"I remember specifically telling him he was the best hitter that I had ever seen," said Headley, the Padres' third baseman.
"The first three games that I saw him play, every ball that he hit was squared up. Left field, right field -- it didn't matter. He was just hammering balls."
Quentin finished the season with 16 home runs and 46 RBIs in 86 games, producing a .877 OPS all while essentially playing on one good knee, as the right knee he had surgery on in March continued to give him fits as the season wore on, keeping him from playing left field more than he would have preferred.
"It's a frustrating thing, because you want to be out there playing," Quentin said. "The older you get, the more you realize how important health is. When you're younger, you don't think it's going to affect you at all. Now that I'm 30, I want to work toward feeling better, and my focus this winter was on being able to do that."
The Padres are counting on Quentin playing a bigger role in 2013 than he did a year ago. Manager Bud Black has said the team will look to give Quentin days off to keep him fresh, but it still expects him to play in the range of 120-135 games, even though he's only topped 120 games twice in his career.
A year ago, the Padres saw the benefits of having Quentin healthy. The team scored 651 runs in 2012, the third-highest total in Black's six seasons. Better still, from June 28 on, the team scored the fifth-most runs in the National League. That wasn't all Quentin, obviously, but it's clear the offense functioned better with him in the lineup.
"Pitchers fear him. He's a proven producer," Black said.
Black and Headley have seen the impact Quentin has -- the tangible results, like extra-base hits, and the ones that aren't so easy to see, the affect he has on the rest of the lineup, how Headley benefits from Quentin in the lineup and how first baseman Yonder Alonso does as well.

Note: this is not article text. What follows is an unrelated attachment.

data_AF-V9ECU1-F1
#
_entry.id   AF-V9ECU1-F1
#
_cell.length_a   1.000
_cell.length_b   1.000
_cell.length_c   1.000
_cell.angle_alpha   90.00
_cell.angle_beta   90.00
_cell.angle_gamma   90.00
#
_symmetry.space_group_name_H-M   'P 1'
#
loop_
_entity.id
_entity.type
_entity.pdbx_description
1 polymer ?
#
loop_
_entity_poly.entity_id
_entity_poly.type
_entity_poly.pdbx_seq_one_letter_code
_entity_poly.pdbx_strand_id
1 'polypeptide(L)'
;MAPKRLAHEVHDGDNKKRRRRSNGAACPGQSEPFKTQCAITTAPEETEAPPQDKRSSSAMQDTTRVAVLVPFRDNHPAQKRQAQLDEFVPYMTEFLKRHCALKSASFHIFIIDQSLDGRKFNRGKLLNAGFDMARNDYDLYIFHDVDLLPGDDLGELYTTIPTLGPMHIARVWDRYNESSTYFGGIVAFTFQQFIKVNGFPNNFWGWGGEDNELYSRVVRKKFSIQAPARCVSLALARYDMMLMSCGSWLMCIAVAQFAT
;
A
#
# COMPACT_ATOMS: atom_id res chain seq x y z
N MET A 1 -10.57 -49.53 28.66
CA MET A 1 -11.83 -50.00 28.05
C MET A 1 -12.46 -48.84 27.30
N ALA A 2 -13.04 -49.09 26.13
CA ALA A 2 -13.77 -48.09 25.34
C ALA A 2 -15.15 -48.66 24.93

"It's hard to quantify, but guys just don't want to face Carlos with guys on base," Headley said. "They're going to be aggressive with the other guys. You've got to throw someone strikes. I was a beneficiary of guys attacking me more. It was definitely helpful.
"Now, we've got to find a way to keep him on the field."
Quentin wants the same thing, which is why he had minor cleanup surgery on that same knee two days after the regular season ended in October. Once the knee was healed, Quentin began with winter workouts three times a week at Petco Park. He succeeded in his goal of cutting weight, reporting 15 pounds lighter than he was when the season ended.
For the first time, Quentin hired a personal chef, Stuart Dodds, who previously worked for former San Diego Chargers running back LaDainian Tomlinson.
"It was interesting," Quentin said. "He was at my house for three times a day, six days a week. I got to know him pretty well."
Dodds didn't just cook healthy meals for Quentin, but he taught him a lot about food along the way. He served organic meals like a healthy shepard's pie, organic crusted chicken parmesan. Dodds provided a history -- cue the "Portlandia" theme music -- of where a particular piece of meat or poultry came from.
"The meals were made to help decrease inflammation in the body, to fight sickness, injuries," Quentin said. "It opened my eyes to a lot of different foods. So much so that when I could go and eat anything different, I would have a hangover, a food hangover, the next day."
There was one big drawback for Quentin, the native San Diegan, who signed a contract extension in July for three years and $27 million.
"All my taco shops are pretty much out of business [without me]," he joked. "But I would do it again. It was well worth it."
And it will be well worth it if Quentin can remain on the field for 120 or more games in 2013, which he feels would be an achievement in itself in a career that has been slowed far too much by injury.
"That would be great," Quentin said. "Second, I would feel like I have a good chance to help the team win the more I'm out there. That's important to me. The name of this game is being able to do it over the long haul."